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      Endothelin-1-Mediated Wave-Like [Ca 2+] i Oscillations in Intact Rabbit Inferior Vena Cava

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          Endothelin-1 (ET1) is an endogenous vasoconstrictor released by the vascular system to regulate the contractility of vascular smooth muscle cells (VSMC). It is implicated in the pathogenesis of hypertension and diabetic vasculopathy. In rabbit inferior vena cava (IVC), 10 n M ET1 induces tonic contraction mainly via type A endothelin receptor activation. Using confocal imaging of Fluo-3 loaded in thein situ VSMC within the intact IVC, we found that ET1 elicited [Ca<sup>2+</sup>]<sub>i</sub> oscillations with an average frequency of 0.31 ± 0.01 Hz. These [Ca<sup>2+</sup>]<sub>i</sub> oscillations occurred as repetitive Ca<sup>2+</sup> waves traveling along the longitudinal axis of the cells with an average velocity of 29 ± 3 µm/s. The Ca<sup>2+</sup> waves were not synchronized between neighboring VSMC nor were they propagated between them. Nifedipine (10 µ M) inhibited the tonic contraction by 27.0 ± 5.0% while SKF96365 (50 µ M) abolished the remaining contraction. In a parallel Ca<sup>2+</sup> study, nifedipine reduced the frequency of the oscillations to 0.22 ± 0.01 Hz while SKF96365 abolished the remaining [Ca<sup>2+</sup>]<sub>i</sub> oscillations. Subsequent application of 25 m M caffeine elicited no further Ca<sup>2+</sup> signal. Thus, we conclude that ET1 stimulates tonic contraction in the rabbit IVC by inducing [Ca<sup>2+</sup>]<sub>i</sub> oscillations and that stimulated Ca<sup>2+</sup> entry through both the L-type voltage-gated Ca<sup>2+</sup> channels and a nifedipine-resistant and SKF96365-sensitive pathway is crucial for the maintenance of [Ca<sup>2+</sup>]<sub>i</sub> oscillations and tonic contraction.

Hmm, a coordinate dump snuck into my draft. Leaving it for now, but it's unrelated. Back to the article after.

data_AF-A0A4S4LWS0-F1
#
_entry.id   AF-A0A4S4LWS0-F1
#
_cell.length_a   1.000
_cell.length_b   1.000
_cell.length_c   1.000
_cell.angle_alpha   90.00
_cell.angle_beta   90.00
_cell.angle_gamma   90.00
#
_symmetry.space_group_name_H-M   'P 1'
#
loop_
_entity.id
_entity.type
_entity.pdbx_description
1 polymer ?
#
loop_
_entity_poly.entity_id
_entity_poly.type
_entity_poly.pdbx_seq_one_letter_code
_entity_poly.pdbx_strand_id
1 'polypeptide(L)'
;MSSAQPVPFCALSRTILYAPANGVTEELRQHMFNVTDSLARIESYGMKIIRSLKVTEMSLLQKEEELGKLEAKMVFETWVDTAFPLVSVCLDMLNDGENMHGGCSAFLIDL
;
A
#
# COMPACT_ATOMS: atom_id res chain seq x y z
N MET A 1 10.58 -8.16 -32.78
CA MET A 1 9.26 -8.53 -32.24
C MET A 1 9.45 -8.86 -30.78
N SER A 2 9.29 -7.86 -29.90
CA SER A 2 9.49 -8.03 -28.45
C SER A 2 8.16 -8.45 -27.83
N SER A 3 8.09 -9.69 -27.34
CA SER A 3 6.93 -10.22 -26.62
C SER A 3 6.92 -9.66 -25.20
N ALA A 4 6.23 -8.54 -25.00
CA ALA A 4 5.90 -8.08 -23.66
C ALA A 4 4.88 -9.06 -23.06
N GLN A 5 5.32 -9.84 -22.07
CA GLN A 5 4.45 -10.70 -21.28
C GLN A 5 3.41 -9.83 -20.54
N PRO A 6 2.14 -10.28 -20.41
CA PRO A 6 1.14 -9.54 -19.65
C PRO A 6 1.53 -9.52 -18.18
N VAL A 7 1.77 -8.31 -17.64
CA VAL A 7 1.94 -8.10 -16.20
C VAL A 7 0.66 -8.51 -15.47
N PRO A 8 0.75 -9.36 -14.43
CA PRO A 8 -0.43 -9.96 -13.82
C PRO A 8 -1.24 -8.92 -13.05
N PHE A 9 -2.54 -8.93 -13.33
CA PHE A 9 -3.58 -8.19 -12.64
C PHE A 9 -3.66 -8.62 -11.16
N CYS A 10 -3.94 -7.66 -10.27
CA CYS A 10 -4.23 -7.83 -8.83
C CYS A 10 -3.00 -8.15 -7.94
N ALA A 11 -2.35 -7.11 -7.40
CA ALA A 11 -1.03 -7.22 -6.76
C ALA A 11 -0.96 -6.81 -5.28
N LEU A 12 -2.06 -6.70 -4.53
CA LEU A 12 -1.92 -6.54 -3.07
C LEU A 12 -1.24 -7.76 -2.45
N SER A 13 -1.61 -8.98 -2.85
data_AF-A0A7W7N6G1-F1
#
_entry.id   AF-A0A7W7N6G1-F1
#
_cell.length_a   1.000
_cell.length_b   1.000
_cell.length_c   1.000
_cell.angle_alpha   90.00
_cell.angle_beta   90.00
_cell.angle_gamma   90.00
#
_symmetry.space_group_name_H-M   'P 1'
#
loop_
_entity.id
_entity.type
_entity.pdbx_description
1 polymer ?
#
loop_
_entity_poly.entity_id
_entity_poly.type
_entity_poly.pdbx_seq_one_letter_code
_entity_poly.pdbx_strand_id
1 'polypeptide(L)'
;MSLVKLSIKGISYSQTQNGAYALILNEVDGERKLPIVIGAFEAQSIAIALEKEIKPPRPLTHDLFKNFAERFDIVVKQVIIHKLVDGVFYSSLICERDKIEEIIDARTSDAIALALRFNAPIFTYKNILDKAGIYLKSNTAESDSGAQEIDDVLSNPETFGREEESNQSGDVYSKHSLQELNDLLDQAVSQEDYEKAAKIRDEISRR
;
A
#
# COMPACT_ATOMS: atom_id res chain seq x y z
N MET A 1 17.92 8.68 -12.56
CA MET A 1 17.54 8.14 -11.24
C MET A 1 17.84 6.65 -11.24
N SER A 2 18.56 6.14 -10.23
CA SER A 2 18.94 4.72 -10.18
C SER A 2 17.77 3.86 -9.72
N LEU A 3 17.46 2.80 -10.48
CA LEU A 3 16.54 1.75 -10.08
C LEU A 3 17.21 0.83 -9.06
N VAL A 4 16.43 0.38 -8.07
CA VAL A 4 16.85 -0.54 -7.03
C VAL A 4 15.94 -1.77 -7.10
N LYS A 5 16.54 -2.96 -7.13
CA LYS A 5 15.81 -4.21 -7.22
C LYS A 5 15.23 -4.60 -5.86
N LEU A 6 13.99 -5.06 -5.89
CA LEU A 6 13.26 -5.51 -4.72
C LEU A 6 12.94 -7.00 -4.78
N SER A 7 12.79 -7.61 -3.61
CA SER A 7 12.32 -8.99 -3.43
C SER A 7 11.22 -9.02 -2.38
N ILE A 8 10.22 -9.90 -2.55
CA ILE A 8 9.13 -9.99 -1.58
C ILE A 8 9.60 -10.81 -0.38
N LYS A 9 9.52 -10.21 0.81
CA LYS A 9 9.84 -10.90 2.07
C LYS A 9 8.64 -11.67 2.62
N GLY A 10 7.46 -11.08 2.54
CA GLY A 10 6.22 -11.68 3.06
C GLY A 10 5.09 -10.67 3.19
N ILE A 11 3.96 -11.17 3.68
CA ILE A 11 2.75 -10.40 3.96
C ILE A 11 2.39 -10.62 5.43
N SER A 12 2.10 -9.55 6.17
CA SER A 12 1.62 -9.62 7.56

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          Most cited references 24

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          A novel potent vasoconstrictor peptide produced by vascular endothelial cells.

          An endothelium-derived 21-residue vasoconstrictor peptide, endothelin, has been isolated, and shown to be one of the most potent vasoconstrictors known. Cloning and sequencing of preproendothelin complementary DNA shows that mature endothelin is generated through an unusual proteolytic processing, and regional homologies to a group of neurotoxins suggest that endothelin is an endogenous modulator of voltage-dependent ion channels. Expression of the endothelin gene is regulated by several vasoactive agents, indicating the existence of a novel cardiovascular control system.
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            Vascular endothelin in hypertension.